Cactaceae Juss.
  • Gen. Pl. 310. 1789. (4 Aug 1789)
  • Cactus Family


This taxon is accepted by World Flora Online consortium
Notes: More details could be found in The Plant List v.1.1. Originally in The Plant List v.1.0

General Description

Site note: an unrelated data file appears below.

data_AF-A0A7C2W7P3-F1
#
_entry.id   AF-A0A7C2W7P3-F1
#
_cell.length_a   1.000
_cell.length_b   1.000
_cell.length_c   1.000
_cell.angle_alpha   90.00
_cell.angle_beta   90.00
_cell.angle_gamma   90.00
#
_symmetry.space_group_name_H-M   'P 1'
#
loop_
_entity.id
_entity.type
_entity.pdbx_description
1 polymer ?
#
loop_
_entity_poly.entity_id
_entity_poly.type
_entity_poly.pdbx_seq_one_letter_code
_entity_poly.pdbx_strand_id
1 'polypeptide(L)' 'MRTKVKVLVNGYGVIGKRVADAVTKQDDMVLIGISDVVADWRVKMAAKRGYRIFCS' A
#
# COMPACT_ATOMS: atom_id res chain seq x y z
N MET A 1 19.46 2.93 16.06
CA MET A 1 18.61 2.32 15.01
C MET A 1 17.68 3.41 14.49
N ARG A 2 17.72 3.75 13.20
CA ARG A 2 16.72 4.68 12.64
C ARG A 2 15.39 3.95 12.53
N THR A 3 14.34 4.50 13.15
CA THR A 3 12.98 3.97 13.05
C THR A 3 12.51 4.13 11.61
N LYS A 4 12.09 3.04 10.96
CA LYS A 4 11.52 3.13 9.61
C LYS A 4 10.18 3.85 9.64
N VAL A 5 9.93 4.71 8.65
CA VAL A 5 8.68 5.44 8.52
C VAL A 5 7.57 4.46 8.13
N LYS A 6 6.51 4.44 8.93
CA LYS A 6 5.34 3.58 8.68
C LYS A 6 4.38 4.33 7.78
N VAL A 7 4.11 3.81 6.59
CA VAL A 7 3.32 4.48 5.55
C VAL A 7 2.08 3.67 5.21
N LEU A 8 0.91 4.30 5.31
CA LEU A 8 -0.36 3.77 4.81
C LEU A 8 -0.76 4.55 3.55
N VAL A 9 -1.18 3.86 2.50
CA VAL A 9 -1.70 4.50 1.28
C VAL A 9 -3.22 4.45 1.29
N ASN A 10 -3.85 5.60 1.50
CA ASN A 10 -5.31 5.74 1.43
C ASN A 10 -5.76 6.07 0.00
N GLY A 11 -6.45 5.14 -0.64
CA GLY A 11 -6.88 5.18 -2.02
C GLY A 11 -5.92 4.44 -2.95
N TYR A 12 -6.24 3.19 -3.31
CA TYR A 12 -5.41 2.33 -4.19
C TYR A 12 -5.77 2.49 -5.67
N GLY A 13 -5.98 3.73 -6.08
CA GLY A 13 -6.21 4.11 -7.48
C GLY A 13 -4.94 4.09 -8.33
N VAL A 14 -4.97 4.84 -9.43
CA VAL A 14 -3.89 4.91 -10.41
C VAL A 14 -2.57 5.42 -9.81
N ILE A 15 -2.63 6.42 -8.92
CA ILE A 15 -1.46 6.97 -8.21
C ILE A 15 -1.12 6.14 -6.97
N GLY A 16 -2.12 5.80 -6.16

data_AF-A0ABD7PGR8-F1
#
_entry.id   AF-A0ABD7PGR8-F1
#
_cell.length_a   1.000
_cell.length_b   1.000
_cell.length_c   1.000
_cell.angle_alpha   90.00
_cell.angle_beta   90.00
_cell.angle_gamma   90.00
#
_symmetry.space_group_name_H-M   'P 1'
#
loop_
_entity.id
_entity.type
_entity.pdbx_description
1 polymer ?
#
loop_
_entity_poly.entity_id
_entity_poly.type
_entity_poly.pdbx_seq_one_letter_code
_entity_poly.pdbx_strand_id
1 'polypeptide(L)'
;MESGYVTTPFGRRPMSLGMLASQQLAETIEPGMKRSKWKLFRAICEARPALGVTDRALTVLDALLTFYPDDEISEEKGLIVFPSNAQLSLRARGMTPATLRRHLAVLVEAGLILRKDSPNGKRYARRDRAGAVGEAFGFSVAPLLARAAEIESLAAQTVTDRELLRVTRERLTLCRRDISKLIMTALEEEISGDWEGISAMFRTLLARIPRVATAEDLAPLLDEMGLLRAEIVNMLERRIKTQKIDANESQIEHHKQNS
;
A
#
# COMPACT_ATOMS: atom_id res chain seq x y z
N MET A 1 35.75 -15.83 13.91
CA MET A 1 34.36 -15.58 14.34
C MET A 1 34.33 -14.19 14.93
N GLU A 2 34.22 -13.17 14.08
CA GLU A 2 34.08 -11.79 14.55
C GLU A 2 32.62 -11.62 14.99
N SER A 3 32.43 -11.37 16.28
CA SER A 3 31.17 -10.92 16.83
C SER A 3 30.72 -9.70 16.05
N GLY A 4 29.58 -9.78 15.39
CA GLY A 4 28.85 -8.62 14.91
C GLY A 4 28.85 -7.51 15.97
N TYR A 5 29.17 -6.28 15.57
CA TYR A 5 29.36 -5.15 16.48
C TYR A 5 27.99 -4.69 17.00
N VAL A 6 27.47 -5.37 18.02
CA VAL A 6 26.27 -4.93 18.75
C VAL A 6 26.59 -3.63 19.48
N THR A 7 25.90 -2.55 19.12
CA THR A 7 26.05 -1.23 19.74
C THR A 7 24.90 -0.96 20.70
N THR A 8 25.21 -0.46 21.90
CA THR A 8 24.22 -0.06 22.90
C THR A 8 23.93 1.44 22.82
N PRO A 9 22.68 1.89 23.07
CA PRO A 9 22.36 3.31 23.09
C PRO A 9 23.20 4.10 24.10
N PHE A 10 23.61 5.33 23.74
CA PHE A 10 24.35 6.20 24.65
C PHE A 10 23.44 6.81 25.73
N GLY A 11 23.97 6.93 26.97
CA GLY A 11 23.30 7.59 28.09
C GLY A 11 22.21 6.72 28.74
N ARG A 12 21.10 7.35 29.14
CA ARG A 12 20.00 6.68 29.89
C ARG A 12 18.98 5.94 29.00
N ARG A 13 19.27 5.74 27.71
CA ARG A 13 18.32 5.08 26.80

Trees, shrubs, subshrubs, or somewhat vinelike, solitary to forming mats or clumps, terrestrial (sometimes deep-seated in substrate) to epiphytic or epipetric, erect to sprawling (rarely scrambling or climbing) or pendent in epiphytic or epipetric taxa, simple to many branched, usually stem succulent. Roots diffuse, taproots, or tuberlike, sometimes adventitious. Stems unsegmented or segmented, segments persistent to easily detachable; long shoots spheric to depressed-spheric or club-shaped to long cylindric, or sometimes flattened cladodes, smooth, tuberculate and/or fluted with ribs; tubercles distinct as nipple-shaped or ridgelike (to triangular or pyramidal) protuberances to coalescent as vertical ribs; ribs 2-30[-40+], if ribs 2, stems winged, if ribs 3 or more, stems ± angled; short shoots (areoles) positioned on crests of ribs, at or near tubercle apices, or in axils of tubercles, commonly bearing persistent spines, also minute, barbed, deciduous spines (glochids) in subfam. Opuntioideae, and abundant, dense hairs (wool) creating a cushionlike appearance. Leaves deciduous to persistent, vestigial or absent, spirally alternate, sessile (petiolate to subsessile in Pereskia and several genera outside the flora), terete or flat, 0-3 cm (to 10 cm in Pereskia); stipules absent. Spines flexible and hairlike or bristlelike to rigid and needlelike or nail-like, terete to angled or flat, mostly hard (rarely corky or papery). Flowers bisexual (rarely unisexual or with bisexual and pistillate flowers on separate plants), nocturnal or diurnal, 1(-several) per areole, arranged in true inflorescence only in subfam. Pereskioideae, or chains of fruits proliferating from fruit areoles (in Cylindropuntia fulgida), sessile (pedicellate in Pereskia), arising from stem areole at apex or axil of tubercle, radially symmetric [bilaterally symmetric]; flower tube 0.2-15[-30] cm; perianth epigynous (perigynous in some Pereskia), deciduous or persistent on fruit; tepals 5-50 or more, intergrading gradually from bractlike or sepal-like outer tepals to petal-like inner tepals; stamens usually 50-1500+ [sometimes fewer], decurrent on inner surface of flower tube; true ovary sunken in stem with tubercles present or absent, areoles conspicuous to obscure or absent; subtending scales persistent or deciduous, sometimes absent; spines present or absent, glochids present only in subfam. Opuntioideae; pistils compound, 1-locular; placentas parietal, 3-14[-20+]; style 1; nectary usually forming chamber around base of style; stigma lobes 3-14[-20+], 1 per placenta. Fruits basically berrylike (variable in succulence), deciduous or long persistent, indehiscent or dehiscent, succulent or leathery, sometimes promptly drying. Seeds (0-)5-3000+, yellowish, reddish, brown, black, or appearing tan or whitish (dark testa completely covered by pale, tough, glabrous or rarely pubescent, tight-fitting aril or "funicular envelope" in subfam. Opuntioideae), pyriform, obovoid, lenticular-reniform, or nearly circular, 0.4-12 mm diam.; testa glossy or dull; rarely with corky arillate appendages (strophioles in Mammillaria tetrancistra). x = 11.